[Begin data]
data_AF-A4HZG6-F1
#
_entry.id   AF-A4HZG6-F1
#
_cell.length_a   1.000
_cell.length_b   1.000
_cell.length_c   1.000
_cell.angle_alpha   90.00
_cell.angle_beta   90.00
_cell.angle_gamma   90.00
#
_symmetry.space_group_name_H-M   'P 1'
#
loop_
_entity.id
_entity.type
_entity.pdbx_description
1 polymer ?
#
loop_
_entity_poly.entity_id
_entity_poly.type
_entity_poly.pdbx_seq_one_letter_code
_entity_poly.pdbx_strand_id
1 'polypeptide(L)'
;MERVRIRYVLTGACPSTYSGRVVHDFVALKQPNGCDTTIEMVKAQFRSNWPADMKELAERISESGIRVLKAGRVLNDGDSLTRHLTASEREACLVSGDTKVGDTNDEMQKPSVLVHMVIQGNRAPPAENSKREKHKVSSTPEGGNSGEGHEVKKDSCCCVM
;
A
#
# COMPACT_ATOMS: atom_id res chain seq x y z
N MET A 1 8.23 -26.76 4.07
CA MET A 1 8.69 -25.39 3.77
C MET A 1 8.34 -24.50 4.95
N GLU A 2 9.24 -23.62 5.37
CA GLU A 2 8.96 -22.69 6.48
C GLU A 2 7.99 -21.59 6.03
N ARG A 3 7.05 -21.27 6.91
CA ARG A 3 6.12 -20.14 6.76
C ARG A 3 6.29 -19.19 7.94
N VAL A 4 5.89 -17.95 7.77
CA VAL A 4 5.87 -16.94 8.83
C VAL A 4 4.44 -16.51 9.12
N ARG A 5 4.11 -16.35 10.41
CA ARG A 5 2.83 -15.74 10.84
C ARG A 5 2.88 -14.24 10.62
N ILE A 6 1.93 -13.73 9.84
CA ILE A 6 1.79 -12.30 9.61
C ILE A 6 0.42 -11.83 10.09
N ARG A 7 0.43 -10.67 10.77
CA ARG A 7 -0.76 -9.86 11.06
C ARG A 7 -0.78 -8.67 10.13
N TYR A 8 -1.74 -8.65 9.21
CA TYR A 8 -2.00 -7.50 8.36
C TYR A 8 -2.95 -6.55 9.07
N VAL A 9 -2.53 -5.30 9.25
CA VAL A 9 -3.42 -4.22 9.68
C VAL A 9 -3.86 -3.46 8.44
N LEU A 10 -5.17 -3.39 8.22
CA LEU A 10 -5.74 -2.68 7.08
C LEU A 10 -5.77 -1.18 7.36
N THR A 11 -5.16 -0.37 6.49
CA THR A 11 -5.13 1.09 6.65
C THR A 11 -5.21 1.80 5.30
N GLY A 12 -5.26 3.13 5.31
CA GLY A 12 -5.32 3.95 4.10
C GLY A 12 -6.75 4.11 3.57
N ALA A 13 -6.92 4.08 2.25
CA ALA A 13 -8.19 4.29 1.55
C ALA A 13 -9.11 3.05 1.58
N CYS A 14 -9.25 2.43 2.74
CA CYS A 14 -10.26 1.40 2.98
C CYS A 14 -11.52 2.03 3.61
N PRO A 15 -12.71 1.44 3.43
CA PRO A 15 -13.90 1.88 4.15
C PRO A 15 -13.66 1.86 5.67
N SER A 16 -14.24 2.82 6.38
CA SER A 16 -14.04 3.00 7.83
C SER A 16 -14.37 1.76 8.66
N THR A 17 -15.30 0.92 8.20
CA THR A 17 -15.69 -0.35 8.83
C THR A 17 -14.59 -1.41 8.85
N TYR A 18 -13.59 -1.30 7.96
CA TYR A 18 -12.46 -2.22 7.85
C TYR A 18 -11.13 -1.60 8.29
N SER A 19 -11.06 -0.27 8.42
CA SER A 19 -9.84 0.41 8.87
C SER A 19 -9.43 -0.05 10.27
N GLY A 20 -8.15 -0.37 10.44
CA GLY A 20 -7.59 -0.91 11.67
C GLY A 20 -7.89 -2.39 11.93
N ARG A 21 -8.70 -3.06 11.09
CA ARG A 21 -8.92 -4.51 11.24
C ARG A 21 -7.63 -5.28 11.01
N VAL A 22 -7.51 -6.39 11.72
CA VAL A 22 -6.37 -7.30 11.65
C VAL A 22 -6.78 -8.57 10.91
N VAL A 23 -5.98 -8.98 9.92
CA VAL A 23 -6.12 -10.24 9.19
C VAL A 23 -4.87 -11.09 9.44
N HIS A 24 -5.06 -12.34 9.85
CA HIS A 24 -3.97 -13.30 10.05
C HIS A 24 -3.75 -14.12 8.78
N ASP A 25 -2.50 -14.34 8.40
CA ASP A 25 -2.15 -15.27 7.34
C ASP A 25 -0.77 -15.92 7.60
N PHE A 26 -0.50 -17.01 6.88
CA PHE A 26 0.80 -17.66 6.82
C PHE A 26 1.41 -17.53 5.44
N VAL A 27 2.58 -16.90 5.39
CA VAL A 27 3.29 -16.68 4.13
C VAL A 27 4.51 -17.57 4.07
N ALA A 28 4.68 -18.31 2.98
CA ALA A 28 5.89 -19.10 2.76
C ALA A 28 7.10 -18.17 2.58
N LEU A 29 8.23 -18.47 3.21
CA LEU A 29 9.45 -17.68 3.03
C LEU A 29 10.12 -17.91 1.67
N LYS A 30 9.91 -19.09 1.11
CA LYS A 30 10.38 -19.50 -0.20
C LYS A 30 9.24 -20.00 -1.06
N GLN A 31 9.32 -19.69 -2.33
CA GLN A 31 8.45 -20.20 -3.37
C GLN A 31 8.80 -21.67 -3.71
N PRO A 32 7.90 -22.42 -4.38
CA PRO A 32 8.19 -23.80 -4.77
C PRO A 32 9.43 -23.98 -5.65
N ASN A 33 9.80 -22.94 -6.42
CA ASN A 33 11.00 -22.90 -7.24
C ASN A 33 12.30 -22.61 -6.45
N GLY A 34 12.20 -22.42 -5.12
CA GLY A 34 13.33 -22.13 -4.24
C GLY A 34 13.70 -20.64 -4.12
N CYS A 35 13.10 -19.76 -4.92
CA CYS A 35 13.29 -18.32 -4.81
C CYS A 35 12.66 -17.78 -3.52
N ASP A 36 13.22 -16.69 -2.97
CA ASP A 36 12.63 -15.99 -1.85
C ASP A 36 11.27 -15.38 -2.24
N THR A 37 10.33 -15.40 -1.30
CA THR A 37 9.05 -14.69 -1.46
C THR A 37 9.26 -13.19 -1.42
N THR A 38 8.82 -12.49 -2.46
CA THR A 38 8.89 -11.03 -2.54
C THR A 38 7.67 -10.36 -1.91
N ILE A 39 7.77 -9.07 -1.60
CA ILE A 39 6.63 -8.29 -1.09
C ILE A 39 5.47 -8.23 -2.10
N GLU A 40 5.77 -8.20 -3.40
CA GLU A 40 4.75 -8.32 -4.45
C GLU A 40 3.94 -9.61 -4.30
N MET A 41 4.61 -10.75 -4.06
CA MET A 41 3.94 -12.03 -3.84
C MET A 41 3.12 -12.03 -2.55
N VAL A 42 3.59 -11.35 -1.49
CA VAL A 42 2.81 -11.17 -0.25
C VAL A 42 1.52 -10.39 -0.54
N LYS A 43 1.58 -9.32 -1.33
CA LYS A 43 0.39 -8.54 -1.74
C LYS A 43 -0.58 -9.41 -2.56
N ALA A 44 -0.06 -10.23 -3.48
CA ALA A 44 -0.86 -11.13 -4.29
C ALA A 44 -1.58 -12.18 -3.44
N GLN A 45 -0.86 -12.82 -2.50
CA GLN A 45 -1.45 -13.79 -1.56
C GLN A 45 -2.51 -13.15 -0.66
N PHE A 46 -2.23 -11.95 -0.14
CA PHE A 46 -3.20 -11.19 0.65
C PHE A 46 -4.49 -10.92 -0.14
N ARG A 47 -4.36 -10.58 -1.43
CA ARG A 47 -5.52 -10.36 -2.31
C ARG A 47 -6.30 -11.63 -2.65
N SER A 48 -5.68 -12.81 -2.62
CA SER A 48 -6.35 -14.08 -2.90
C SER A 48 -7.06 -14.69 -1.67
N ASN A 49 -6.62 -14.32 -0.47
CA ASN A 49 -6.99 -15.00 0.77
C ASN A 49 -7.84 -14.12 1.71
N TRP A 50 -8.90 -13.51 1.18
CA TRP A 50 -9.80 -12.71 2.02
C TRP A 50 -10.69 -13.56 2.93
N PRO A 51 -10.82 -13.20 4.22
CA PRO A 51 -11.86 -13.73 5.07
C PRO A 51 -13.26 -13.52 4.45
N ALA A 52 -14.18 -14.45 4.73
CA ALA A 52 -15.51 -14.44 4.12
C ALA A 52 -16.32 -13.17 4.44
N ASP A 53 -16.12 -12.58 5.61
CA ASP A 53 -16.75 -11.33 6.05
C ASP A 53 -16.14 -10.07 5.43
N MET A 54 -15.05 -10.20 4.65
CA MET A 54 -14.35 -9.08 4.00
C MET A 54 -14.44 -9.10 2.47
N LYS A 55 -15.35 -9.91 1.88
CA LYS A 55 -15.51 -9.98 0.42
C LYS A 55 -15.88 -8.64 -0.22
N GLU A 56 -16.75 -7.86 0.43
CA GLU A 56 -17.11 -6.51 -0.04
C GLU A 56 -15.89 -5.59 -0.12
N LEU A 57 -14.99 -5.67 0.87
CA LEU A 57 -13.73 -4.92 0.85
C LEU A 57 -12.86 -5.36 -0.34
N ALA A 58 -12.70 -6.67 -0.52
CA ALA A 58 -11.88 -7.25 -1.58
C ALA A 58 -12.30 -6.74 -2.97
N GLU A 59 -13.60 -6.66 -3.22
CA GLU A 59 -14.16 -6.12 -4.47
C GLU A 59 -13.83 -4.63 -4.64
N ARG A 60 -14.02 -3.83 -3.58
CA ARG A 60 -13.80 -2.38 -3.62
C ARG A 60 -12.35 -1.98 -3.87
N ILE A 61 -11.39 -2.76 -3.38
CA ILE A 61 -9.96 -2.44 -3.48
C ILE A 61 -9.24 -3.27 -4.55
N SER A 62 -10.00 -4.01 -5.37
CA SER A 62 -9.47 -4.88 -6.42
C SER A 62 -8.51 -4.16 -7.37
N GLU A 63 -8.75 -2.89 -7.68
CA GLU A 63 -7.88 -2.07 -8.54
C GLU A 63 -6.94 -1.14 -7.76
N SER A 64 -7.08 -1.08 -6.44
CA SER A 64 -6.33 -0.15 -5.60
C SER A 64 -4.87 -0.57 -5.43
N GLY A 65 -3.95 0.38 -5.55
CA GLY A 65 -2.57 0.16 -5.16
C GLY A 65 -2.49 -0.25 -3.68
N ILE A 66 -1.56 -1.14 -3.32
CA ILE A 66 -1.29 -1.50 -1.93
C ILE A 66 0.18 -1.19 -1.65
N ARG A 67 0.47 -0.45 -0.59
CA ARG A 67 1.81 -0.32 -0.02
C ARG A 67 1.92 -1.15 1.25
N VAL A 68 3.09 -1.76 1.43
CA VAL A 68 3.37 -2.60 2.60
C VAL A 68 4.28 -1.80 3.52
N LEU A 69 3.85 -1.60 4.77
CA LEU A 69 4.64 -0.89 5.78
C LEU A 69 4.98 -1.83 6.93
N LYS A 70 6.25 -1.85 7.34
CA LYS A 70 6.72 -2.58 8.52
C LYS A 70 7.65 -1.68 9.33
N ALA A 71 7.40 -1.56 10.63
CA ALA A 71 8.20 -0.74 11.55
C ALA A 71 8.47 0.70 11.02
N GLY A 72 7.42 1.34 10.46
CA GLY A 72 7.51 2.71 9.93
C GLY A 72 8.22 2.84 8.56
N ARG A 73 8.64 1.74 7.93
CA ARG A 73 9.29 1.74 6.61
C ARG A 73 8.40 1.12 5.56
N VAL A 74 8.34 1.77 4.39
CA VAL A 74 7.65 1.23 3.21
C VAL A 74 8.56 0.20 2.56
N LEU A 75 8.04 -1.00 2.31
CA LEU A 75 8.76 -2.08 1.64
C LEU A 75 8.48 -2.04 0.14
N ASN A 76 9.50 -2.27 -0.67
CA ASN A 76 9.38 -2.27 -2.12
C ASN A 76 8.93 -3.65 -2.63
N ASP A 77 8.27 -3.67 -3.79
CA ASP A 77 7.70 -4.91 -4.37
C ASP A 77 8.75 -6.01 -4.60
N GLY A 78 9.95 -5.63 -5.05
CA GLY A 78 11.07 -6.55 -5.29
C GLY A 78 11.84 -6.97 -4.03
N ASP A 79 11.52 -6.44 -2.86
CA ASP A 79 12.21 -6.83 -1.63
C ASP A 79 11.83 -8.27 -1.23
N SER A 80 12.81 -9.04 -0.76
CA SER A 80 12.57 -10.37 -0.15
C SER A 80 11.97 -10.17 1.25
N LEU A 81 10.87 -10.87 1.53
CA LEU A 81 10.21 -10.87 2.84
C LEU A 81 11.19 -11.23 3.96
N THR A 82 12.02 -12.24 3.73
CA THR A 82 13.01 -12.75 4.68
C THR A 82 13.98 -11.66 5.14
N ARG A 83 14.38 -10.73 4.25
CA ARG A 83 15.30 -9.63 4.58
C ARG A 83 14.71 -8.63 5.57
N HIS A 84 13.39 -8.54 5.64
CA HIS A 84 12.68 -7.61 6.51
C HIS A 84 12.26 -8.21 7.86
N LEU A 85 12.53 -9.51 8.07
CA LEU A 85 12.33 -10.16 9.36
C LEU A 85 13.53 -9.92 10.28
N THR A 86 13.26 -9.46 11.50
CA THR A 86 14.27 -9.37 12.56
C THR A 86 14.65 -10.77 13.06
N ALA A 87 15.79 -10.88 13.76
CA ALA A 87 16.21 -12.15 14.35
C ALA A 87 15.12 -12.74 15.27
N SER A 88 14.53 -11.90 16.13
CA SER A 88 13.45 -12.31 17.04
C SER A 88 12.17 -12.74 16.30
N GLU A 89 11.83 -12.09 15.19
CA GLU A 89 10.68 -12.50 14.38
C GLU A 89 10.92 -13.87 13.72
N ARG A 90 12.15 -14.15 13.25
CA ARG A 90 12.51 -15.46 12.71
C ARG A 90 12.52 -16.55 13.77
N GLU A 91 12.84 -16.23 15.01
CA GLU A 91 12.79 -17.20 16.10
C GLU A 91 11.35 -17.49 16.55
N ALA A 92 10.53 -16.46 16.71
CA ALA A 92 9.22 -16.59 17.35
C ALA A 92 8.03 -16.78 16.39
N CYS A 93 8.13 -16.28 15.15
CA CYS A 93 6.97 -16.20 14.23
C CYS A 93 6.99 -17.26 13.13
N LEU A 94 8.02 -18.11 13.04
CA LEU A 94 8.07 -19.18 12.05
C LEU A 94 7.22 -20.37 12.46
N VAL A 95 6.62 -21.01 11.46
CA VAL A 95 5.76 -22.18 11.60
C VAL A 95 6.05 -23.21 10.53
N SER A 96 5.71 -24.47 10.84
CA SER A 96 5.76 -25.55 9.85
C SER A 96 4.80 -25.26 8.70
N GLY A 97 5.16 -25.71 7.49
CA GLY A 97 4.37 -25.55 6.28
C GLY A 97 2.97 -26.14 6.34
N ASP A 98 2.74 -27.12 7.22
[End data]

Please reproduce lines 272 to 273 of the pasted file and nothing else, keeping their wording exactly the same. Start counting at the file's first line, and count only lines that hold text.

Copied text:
CA LEU A 81 10.21 -10.87 2.84
C LEU A 81 11.19 -11.23 3.96